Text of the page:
Twins Daily 2019 MLB Draft Top 50 Prospects: 21-30
30. Maurice Hampton | Memphis University HS (TN) | Pos: OF | B/T: R/R | Height: 6’0” | Weight: 195 | Age: 17
Hit: 50 Power: 55 Run: 70 Arm: 55 Field: 55 Overall: 50
Maurice Hampton has many of the tools that I admire out of a high school outfielder. He is an elite athlete that has the potential to be a top of the line defensive centerfielder and has shown signs that he could develop a quality bat to go along with it.
Many organizations would love to get their hands on a young and raw talent like Hampton to have their coaching staff develop him into the player that they want him to become.
Perhaps the main concern for teams when deciding to draft Hampton is signability issues as Hampton is committed to play both football and baseball at LSU. As a four-star cornerback Hampton has NFL potential as well, and by choosing to go to LSU he could leave his options open for both football and baseball for another 3 or 4 years.
29. Jack Leiter | Delbarton HS (NJ) | Pos: RHP | Height: 6’1” | Weight: 195 | Age: 19
Fastball: 50 Curveball: 60 Slider: 50 Changeup: 50 Control: 60 Overall: 50
If the name rings a bell, it should, because Jack Leiter is the son of former major leaguer Al Leiter. His experience growing up around the game, along with the fact that he is already 19-years-old has helped him develop into a more polished pitcher than most high schoolers.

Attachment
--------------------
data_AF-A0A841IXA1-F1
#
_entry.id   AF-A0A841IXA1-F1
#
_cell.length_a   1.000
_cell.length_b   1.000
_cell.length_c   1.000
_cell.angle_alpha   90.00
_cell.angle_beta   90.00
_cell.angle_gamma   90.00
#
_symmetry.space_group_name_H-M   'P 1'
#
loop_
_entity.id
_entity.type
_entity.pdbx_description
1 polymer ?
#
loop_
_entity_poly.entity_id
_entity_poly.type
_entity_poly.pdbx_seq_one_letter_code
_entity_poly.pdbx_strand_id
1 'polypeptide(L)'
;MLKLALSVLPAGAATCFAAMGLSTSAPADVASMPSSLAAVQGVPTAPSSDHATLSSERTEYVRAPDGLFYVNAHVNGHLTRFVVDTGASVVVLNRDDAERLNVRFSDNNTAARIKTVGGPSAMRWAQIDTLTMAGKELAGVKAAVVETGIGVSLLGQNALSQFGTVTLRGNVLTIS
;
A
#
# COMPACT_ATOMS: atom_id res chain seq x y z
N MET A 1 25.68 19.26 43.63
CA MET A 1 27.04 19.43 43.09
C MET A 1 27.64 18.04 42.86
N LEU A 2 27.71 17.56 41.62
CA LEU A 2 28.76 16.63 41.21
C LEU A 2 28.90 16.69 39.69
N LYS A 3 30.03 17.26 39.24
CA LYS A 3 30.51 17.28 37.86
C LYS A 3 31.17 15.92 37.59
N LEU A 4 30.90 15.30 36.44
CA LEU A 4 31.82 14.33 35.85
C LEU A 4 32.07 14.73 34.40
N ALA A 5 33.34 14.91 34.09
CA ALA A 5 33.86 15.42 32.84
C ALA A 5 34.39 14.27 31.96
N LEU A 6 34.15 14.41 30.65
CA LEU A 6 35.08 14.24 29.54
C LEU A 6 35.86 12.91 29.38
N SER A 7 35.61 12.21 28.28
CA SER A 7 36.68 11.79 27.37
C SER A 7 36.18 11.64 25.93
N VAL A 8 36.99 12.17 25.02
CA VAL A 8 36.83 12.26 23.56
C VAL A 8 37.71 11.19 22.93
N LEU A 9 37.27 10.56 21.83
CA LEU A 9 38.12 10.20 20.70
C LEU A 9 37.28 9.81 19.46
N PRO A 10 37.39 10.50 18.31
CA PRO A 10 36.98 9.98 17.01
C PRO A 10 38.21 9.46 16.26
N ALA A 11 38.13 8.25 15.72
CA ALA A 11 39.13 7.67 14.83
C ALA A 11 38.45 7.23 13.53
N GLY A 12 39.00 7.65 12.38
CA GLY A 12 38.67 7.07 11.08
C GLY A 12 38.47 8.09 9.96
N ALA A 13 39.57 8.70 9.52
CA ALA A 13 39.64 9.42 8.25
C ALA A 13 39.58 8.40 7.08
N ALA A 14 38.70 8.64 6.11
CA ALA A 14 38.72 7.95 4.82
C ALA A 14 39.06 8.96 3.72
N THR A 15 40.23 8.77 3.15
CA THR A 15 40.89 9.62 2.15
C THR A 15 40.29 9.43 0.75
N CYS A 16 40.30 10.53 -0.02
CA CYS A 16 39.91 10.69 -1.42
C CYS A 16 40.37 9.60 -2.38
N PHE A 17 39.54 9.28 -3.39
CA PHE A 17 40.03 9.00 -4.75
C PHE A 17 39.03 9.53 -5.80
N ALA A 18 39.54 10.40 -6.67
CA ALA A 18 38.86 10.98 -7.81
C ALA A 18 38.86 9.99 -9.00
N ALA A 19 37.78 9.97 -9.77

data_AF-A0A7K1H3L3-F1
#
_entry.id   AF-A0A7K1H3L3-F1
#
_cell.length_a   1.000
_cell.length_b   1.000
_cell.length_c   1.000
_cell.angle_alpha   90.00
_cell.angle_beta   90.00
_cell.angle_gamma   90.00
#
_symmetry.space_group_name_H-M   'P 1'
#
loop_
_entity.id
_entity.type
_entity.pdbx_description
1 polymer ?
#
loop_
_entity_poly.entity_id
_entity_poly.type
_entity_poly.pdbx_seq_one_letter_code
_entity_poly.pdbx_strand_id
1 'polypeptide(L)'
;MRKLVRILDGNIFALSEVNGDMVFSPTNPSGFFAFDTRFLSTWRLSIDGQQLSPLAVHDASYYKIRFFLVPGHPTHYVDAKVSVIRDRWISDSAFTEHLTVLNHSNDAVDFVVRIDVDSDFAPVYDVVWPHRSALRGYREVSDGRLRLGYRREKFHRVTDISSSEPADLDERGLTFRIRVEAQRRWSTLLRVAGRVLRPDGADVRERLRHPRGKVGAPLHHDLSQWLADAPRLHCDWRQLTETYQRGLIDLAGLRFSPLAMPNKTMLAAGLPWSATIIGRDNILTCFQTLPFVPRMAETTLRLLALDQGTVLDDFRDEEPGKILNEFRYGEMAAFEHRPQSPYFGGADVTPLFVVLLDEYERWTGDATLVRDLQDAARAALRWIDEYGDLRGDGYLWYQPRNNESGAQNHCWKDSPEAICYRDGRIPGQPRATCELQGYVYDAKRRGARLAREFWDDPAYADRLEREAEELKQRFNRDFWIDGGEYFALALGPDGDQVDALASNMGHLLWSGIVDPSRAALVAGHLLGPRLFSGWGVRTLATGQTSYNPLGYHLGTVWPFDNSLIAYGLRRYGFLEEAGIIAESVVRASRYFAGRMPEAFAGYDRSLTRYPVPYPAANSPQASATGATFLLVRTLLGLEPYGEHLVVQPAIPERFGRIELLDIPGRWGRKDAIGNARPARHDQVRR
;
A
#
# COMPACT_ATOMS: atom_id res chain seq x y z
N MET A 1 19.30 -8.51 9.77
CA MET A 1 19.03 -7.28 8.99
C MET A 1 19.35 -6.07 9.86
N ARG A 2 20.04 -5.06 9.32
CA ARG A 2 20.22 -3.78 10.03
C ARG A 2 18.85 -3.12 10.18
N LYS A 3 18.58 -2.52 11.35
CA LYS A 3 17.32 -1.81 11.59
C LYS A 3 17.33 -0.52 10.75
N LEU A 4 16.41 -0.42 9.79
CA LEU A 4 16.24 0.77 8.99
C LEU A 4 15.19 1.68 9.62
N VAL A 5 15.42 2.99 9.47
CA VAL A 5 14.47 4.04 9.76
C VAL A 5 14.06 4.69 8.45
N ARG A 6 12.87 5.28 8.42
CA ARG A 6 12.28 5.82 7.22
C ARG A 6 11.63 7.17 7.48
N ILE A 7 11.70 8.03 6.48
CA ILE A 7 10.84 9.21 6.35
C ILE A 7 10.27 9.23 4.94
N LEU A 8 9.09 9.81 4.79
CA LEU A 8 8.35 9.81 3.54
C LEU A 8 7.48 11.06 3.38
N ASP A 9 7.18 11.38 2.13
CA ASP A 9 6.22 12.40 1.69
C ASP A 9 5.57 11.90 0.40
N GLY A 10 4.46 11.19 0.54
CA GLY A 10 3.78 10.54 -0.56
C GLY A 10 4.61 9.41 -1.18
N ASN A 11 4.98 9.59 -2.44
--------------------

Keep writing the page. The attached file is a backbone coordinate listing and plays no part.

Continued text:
Leiter features a low-90’s fastball, that can occasionally touch 94 or 95. What makes it so effective is the command that he already has with it. Leiter’s best pitch is his put-away curveball. The combination of a well-controlled fastball and a dominant curveball is something that is hard to find from high school pitchers.
The real negative for Jack is the lack of upside he brings, which makes it hard to imagine him ever becoming a top of the rotation starting pitcher. However, I do think he has what it take to have a long career as a 3 or 4 starter in an MLB rotation.
28. Braden Shewmake | Texas A&M | Pos: SS | B/T: L/R | Height: 6’4” | Weight: 190 | Age: 21
Previously Drafted: Never
Hit: 60 Power: 50 Run: 55 Arm: 50 Field: 50 Overall: 50
As a three-year starter for one of the top programs in the SEC, Braden Shewmake has had plenty of experience proving himself against some of the best college pitchers the country has to offer. Additionally, Shewmake has served as the Aggies number three hitter in the lineup since day one after stepping on campus as a freshman.